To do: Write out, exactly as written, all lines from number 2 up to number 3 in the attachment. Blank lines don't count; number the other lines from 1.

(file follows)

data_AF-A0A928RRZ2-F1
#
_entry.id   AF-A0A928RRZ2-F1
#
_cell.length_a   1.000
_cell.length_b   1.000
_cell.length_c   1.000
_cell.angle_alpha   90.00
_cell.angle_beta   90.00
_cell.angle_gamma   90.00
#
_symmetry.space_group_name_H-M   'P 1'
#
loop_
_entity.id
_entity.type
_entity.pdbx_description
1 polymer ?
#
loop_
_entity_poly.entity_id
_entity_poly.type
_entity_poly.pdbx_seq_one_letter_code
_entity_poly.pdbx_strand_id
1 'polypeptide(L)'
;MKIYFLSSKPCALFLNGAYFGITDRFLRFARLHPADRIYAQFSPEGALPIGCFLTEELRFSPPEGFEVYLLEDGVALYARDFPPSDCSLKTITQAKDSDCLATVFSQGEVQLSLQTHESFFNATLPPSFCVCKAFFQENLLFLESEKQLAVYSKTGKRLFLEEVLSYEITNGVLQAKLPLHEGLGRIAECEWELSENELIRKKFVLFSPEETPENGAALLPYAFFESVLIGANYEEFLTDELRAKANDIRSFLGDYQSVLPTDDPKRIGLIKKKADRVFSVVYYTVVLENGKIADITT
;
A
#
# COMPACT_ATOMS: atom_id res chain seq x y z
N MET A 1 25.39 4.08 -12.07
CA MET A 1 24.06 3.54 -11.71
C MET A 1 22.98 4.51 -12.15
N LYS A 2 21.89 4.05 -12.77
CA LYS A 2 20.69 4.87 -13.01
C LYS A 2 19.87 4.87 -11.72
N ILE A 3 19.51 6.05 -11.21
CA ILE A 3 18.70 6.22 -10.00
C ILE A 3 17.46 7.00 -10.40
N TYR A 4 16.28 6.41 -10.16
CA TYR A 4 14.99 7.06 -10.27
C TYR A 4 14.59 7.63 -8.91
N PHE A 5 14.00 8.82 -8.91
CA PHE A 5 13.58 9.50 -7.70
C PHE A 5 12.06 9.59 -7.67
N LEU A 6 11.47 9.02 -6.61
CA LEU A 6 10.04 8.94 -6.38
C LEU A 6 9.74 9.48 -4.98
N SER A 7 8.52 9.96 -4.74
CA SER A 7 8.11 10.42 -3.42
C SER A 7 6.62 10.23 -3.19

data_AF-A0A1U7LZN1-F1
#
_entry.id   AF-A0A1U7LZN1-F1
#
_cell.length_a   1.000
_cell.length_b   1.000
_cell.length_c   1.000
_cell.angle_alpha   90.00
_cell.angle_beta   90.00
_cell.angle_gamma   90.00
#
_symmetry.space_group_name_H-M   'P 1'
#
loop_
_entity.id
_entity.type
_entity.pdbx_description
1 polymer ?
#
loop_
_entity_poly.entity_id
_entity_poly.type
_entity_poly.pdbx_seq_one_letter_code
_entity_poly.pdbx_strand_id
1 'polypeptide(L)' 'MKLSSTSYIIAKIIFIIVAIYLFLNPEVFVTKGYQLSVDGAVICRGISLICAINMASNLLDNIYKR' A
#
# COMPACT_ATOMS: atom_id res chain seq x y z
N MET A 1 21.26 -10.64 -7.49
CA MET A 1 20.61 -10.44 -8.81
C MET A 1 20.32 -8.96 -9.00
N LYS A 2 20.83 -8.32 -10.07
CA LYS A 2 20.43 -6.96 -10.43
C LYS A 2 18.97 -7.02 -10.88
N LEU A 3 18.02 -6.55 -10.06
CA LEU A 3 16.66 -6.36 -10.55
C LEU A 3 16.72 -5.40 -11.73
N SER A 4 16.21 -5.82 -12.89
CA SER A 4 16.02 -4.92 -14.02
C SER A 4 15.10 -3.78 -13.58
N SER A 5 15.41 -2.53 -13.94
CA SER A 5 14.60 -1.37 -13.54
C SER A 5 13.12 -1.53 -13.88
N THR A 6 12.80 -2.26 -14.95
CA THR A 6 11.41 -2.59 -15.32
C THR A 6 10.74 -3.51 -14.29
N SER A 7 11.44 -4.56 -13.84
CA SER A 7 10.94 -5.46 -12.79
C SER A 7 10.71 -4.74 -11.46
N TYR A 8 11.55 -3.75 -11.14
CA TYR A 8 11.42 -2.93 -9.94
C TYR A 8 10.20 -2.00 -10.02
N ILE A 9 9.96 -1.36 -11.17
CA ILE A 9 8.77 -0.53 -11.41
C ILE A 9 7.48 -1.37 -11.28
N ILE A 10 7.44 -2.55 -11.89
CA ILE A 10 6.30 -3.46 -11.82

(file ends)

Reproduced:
#
_entry.id   AF-A0A928RRZ2-F1